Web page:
Mission: To save the near 11,000 orange and yellow folding bucket-seats in Bush Stadium from demolition and repurpose them for bus stops and community spaces throughout Indianapolis.
The chair is perhaps the most fundamental piece of furniture for the body. It allows us to work, to watch, to enjoy each other’s company, or most simply, to rest. It is designed specifically for comfort, and in the public realm, it almost always serves as a place for inbetweeness. We sit while eating a food-cart lunch, while chatting on the phone, and while waiting for the bus. In relocating the Bush Stadium seats, the same chair will relate differently to the body. What was once a seat for watching a game, becomes a seat for engaging the urban landscape. As part of an urban infrastructure, the chair’s utility will increase, providing the body a place to rest while waiting for the bus or exploring a community park.
Since its completion in 1931, Bush Stadium has been a landmark for the city of Indianapolis and for the rich history of American Baseball. This historic ballpark has been the home to countless baseball greats, including Hank Aaron of the Indianapolis Clowns, one of the nations first and best Negro American Leagues.
It was renamed Bush Stadium in 1967 after Indiana native and Detroit Tiger’s shortstop Donie Bush, who may be best known as the player who broke up Babe Ruth’s nohitter in 1917. With the redevelopment of Bush Stadium, the city has an opportunity to extend the memory of this beloved monument and to set a national urban precedent in sustainability and repurposing.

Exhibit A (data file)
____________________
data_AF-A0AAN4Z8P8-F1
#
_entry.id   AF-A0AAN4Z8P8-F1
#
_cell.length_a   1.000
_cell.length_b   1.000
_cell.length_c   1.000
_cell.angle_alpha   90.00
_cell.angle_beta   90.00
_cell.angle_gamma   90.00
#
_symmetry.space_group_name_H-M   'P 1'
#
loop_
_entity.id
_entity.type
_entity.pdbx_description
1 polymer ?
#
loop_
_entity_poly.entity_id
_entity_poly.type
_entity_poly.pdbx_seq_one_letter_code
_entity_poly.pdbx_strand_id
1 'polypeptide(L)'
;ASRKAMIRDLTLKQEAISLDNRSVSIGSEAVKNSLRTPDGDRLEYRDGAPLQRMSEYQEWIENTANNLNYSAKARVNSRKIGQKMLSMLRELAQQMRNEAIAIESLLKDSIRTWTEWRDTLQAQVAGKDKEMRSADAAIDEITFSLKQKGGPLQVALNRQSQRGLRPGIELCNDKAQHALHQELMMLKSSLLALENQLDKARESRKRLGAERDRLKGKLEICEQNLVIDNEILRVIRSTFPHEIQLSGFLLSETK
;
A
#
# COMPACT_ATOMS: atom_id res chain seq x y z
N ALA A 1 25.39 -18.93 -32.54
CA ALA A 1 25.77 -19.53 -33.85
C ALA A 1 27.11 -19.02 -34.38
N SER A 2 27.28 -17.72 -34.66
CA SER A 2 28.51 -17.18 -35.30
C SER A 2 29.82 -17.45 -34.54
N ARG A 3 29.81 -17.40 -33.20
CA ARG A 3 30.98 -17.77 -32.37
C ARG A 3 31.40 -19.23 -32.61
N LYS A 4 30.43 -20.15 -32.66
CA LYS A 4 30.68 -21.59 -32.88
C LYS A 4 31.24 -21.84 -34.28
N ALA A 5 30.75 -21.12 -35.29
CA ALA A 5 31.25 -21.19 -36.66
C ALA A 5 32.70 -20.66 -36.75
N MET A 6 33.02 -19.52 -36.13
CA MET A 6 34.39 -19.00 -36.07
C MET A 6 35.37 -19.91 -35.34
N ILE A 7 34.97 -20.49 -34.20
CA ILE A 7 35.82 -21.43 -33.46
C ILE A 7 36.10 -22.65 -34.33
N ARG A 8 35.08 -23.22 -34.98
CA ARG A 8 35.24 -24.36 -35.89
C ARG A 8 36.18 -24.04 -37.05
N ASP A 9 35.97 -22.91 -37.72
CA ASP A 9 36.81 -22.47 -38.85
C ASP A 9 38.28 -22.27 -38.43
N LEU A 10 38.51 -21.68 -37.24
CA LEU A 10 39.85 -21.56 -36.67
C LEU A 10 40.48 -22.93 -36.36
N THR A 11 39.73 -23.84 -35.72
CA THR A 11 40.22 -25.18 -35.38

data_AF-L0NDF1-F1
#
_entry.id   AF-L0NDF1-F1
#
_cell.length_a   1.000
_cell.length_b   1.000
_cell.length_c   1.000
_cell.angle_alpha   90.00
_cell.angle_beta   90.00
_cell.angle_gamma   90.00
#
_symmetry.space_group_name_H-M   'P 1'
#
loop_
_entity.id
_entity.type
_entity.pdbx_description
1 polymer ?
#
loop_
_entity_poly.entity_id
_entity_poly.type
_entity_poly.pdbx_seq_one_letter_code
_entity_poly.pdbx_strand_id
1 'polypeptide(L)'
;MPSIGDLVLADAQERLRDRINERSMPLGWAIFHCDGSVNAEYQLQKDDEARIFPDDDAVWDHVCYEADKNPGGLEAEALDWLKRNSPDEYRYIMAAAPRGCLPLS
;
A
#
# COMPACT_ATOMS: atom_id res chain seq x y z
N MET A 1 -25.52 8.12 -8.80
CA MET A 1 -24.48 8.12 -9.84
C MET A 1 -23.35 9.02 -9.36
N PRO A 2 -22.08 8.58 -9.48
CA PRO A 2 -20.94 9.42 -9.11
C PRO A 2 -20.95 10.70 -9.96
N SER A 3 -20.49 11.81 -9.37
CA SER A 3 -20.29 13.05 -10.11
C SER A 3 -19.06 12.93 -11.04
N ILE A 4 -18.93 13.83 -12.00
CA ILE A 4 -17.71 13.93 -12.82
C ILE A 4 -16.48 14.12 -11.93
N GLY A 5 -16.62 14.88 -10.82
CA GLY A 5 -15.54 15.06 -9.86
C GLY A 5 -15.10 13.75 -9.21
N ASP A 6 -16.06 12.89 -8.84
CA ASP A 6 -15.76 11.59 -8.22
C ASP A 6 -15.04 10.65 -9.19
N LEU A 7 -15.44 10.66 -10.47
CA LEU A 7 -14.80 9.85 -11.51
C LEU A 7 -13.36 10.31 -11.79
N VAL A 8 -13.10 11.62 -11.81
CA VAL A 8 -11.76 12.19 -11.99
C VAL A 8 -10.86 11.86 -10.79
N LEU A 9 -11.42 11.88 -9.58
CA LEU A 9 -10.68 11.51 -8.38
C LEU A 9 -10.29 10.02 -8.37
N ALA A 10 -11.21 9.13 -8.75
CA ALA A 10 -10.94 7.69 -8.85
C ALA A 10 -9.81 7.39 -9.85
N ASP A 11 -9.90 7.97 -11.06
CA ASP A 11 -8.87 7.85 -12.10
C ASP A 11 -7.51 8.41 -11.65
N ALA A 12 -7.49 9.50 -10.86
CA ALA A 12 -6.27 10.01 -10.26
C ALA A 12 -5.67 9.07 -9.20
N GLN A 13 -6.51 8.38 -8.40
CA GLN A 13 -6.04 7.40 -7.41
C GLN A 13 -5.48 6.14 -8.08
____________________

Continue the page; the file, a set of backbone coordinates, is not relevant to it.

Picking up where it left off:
With this idea, we are matching a resource with a need.
We worked with IndyGo, who had identified several stops that are too small for shelters, but large enough for seating. We also anticipate that numerous Indianapolis communities, neighborhoods, and parks could benefit from these seats.
We collaborated with several local agencies to help facilitate the removal and restoration of the seats. As they begin popluating the city, their bright orange and yellow colors will represent both newness and innovation, while also acknowledging and respecting a famous Indianapolis landmark.
This proposal promotes the reuse of an existing commodity as an urban solution to an urban need. More specifically, relocating the stadium seating at bus stops, urban greenways and community spaces throughout Indianapolis not only saves thousands of cubic feet in local landfills, but also creates an identifiable sense of place and history within our built environment. In short, the body can always use another place to sit.
» Bush Stadium Seats Project proposal by Ryan Gallagher & Michael Bricker of People For Urban Progress.
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